Scenes From Last Night's White Denim In-Store at Steven Alan.

The rain could've ruined last night's grand opening of the new Steven Alan and Shinola Watches store at 3505 Knox Street last night. In the end, though, it actually might've helped matters.

No, the full-scale outdoor stage that had been set up in the parking lot outside of the store's back door, right along Cole Avenue, wouldn't end up being used at this affair — the torrential downpours made sure of that. But, still, the North Texas-bred, Austin-based White Denim, who had been booked to play this Americana clothing store's opening, would play on regardless.

They wouldn't start at 7:30 p.m. as originally intended, though. At that point, the rain was coming down as heavy as it would all night. Instead, the band gathered backstage at that hour, game-planning their efforts. In the end, the members decided simply to move the show inside the store itself — a smaller-scale offering, to be sure, and one that infringed upon the partying socialites (and, oddly, a wandering Don Nelson) inside.

But it was a fine move, turns out: Rather than the outdoor festival vibe that the intended-for-use outdoor stage would've provided the band's set, this new, indoor setting gave the band's hour-long offering at the store an almost South by Southwest-like appeal. Plus, considering that the band's just last year performed at the much-larger Granada Theater, the more intimate setting was a welcome one.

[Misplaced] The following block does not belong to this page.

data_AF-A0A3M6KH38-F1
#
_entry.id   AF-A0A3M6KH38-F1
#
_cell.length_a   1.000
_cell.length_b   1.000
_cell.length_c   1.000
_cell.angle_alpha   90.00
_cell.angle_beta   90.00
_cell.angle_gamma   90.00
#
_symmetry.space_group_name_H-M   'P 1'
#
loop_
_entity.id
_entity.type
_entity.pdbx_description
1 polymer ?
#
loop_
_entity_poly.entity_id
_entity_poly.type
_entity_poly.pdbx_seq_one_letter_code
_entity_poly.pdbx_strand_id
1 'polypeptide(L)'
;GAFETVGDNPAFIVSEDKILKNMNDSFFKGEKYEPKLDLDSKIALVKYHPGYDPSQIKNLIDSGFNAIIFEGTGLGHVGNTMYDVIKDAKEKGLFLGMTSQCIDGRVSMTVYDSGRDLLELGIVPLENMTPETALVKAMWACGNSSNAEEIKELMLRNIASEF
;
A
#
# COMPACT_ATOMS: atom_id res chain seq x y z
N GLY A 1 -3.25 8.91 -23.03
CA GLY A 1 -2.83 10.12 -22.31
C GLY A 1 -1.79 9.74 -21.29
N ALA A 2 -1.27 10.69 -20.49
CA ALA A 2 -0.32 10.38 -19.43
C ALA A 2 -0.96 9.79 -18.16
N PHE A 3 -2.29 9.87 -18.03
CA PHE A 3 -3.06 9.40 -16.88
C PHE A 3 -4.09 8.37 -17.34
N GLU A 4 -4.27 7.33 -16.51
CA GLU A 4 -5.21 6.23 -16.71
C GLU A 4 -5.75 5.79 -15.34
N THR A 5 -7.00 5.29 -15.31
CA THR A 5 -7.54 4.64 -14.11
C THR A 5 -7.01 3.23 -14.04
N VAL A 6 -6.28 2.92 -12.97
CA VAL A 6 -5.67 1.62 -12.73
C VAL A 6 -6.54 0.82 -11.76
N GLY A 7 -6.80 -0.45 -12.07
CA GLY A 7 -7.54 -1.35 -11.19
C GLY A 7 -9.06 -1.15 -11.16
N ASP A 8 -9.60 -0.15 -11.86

As the band moved its gear from the outdoor stage to a small floor space near the back of the store — nestled in among racks of designer button-downs ($178), watches ($550) and T-shirts ($110) — the members and its audience, which encircled the band some 20 feet deep, alike joked about the house-show feel of this different set-up.

That was a welcome change, but not one without complications: Without the proper amps on hand, frontman James Petralli's vocals were piped in through the store's P.A. rather than an amp. As a result, you couldn't hear his singing over his band's music, right by the performance, which started shortly after 8:30. You could, however, hear him loud and clear at the front of the store, where the band's playing actually sounded a little faint. The sonic sweet spot, instead was in the middle of the store — assuming one didn't mind not seeing the band through the crowd as it played.

It was a give-and-take, to be sure. But the band sounded great nonetheless, laughing with the crowd as it ripped through some of its older songs (read: “Shake Shake Shake” and a number of cuts off of 2011's remarkable D) before spending the last 30 minutes of the performance playing songs from the soon-to-be-released Corsicana Lemonade. Those new songs, it should be noted, sounded great — a little bit softer around the edges than earlier White Denim cuts, but with an immediately catchy, more accessible, R&B-ish appeal.

A little after 9:30, the treat of a free show finally came to its end.

“Buy some clothes, everybody,” Petralli said as the set wound down. “It's why we're really here.”

Well, some people maybe.














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